SYDNEY (Reuters) - Details for giving Australia's Indigenous people a voice in parliament will follow a national referendum on the question, Prime Minister Anthony Albanese said on Sunday.
Albanese's centre-left Labor Party government is seeking a referendum, required to alter the constitution, on recognising Indigenous people in the constitution and requiring consultation with them on decisions that affect their lives.
Australia's Indigenous people have toiled for generations to win recognition for injustices suffered since European colonisation in the 1700s. The constitution, which came into effect in January 1901, does not refer to the country's Indigenous people.
The prime minister revealed the plan on Saturday in a speech at an Indigenous festival in remote Arnhem Land in the Northern Territory.
In an interview with ABC television, broadcast on Sunday, Albanese said details on the voice would follow the referendum, if the proposal won support.
"The legislation of the structure of the voice won't happen before the referendum," he said.
Albanese said his government had not decided precisely when to hold the referendum, which he has previously said he wants in parliament's current term.
The prime minister reiterated the Indigenous voice would not act as a third chamber in parliament. "This doesn't change in any way the primacy of our democratically elected parliament," he said.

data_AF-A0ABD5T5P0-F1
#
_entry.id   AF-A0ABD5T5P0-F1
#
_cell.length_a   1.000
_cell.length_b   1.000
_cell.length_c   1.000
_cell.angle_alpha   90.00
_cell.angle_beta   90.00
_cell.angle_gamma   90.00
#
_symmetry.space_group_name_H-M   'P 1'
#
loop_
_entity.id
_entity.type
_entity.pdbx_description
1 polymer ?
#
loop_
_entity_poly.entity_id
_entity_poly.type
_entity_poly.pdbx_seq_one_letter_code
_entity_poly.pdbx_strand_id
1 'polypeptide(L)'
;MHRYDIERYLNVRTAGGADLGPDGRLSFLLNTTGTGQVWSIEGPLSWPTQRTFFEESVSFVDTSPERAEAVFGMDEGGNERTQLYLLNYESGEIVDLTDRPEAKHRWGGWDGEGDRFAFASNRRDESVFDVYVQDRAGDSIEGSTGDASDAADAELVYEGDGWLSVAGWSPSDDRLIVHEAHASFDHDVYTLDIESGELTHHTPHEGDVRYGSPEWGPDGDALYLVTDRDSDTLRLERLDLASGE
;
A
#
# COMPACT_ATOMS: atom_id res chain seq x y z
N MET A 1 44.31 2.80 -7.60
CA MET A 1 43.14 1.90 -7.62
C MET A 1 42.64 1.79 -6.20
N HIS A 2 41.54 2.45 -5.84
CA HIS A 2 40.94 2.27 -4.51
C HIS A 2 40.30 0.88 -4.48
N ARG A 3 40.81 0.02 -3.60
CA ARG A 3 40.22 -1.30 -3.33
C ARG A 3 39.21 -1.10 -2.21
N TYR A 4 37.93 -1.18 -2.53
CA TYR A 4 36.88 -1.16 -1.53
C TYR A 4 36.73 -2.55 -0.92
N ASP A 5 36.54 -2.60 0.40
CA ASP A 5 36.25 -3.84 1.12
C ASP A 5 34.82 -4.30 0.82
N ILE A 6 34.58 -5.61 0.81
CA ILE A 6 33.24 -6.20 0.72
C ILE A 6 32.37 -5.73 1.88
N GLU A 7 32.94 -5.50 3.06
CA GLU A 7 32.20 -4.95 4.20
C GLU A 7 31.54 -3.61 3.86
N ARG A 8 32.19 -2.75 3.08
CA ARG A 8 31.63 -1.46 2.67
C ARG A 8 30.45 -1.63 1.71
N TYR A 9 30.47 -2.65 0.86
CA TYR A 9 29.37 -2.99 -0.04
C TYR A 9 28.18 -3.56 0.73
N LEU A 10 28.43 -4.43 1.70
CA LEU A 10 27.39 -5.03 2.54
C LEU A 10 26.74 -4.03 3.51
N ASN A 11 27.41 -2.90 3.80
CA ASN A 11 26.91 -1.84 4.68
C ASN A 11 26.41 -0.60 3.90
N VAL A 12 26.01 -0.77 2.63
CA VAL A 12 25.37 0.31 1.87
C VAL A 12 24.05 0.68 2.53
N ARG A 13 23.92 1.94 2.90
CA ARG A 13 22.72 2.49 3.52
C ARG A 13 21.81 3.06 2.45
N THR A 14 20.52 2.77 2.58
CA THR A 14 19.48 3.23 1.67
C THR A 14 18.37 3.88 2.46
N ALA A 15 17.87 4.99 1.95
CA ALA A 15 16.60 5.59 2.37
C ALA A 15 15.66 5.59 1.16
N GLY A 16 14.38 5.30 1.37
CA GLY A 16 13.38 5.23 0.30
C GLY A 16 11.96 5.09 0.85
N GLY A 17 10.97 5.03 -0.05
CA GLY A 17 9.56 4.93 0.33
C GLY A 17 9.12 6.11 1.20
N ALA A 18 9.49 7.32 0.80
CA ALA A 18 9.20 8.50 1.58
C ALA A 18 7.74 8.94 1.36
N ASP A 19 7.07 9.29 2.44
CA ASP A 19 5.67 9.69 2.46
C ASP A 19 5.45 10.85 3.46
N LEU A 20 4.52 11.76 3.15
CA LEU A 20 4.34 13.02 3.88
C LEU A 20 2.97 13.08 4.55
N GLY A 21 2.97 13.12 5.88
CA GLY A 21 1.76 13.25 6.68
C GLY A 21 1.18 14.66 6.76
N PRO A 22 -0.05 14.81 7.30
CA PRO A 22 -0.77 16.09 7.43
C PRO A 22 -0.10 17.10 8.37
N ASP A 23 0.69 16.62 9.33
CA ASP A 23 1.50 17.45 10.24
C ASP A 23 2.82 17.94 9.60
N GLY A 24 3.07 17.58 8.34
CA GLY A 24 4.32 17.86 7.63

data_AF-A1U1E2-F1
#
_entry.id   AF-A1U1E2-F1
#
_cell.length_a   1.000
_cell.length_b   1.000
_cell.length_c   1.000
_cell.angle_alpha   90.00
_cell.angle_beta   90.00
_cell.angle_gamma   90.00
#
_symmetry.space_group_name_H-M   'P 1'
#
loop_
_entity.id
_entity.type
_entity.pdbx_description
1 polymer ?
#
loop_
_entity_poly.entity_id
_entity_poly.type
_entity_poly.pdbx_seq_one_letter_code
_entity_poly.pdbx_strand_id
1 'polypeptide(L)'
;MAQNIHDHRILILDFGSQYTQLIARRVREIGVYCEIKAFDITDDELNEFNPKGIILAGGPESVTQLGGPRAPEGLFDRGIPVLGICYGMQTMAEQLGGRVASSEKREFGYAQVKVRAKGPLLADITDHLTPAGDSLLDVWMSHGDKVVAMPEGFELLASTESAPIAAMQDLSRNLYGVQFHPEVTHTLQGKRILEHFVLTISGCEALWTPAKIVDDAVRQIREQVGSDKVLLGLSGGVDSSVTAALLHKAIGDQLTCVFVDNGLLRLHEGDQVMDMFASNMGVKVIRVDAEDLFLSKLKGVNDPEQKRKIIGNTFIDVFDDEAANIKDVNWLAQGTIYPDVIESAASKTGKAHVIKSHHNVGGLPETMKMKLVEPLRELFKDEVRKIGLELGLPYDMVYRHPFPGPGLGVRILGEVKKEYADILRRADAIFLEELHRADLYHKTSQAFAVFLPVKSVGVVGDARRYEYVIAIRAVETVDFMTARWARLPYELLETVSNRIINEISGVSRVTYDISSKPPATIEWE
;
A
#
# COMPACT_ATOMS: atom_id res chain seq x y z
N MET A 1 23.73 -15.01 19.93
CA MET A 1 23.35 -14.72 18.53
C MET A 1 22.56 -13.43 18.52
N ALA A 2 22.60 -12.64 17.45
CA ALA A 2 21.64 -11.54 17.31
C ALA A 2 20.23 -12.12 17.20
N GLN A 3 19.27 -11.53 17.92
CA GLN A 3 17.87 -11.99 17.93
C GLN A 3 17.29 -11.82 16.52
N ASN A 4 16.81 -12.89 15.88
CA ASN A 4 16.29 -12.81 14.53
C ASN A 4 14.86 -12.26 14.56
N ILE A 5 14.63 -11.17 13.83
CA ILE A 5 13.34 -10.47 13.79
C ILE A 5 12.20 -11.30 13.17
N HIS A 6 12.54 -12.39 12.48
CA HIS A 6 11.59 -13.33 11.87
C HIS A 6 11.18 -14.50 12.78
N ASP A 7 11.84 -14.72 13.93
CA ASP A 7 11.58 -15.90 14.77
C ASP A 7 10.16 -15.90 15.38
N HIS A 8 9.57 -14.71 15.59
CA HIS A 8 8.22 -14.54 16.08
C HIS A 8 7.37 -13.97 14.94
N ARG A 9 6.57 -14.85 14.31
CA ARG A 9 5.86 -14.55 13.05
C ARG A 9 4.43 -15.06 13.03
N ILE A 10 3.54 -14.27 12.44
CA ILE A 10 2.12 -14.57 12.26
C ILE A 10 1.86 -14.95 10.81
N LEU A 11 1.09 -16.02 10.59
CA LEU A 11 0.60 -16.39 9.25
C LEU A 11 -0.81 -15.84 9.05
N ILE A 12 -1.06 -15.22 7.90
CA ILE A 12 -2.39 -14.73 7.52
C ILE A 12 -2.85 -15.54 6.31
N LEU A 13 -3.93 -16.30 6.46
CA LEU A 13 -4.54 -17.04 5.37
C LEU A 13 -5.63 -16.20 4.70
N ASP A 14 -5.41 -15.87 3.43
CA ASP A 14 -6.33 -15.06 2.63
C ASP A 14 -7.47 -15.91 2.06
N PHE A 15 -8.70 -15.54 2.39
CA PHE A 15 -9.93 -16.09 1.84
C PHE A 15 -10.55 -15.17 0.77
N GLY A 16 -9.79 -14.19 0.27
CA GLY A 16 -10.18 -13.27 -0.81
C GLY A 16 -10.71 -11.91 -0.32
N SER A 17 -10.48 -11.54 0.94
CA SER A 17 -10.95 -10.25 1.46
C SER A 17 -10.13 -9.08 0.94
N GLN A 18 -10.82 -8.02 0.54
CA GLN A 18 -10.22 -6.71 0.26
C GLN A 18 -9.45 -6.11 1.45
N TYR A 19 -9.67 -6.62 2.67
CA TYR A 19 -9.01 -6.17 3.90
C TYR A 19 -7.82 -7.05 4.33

The proposal to enshrine an Indigenous voice in parliament was a pledge Labor took in May's general election, where it ended almost a decade of conservative Liberal-National coalition government.
The ousted coalition have called the plan a "positive step" but say more needs to be known about how the function would work.
Indigenous Affairs Minister Linda Burney said a formal truth telling process was needed, in addition to a voice to parliament.
"One of the things that we're thinking about at the moment is what form that would take," Burney told ABC television while paying tribute to prominent Indigenous Australian songman Archie Roach who died on Saturday aged 66.
Indigenous advocacy group, The Uluru Statement, welcomed the prime minister's speech, writing on Twitter: "we all now have the opportunity to make meaningful change for future generations of First Nations Peoples".
Altering the constitution requires the support of a majority of votes in a majority of states, something that has occurred just eight times in 44 attempts.
A successful referendum would bring Australia in line with Canada, New Zealand and the United States in formally recognising indigenous populations.
(Reporting by Samuel McKeith in Sydney; Editing by William Mallard and Lincoln Feast.)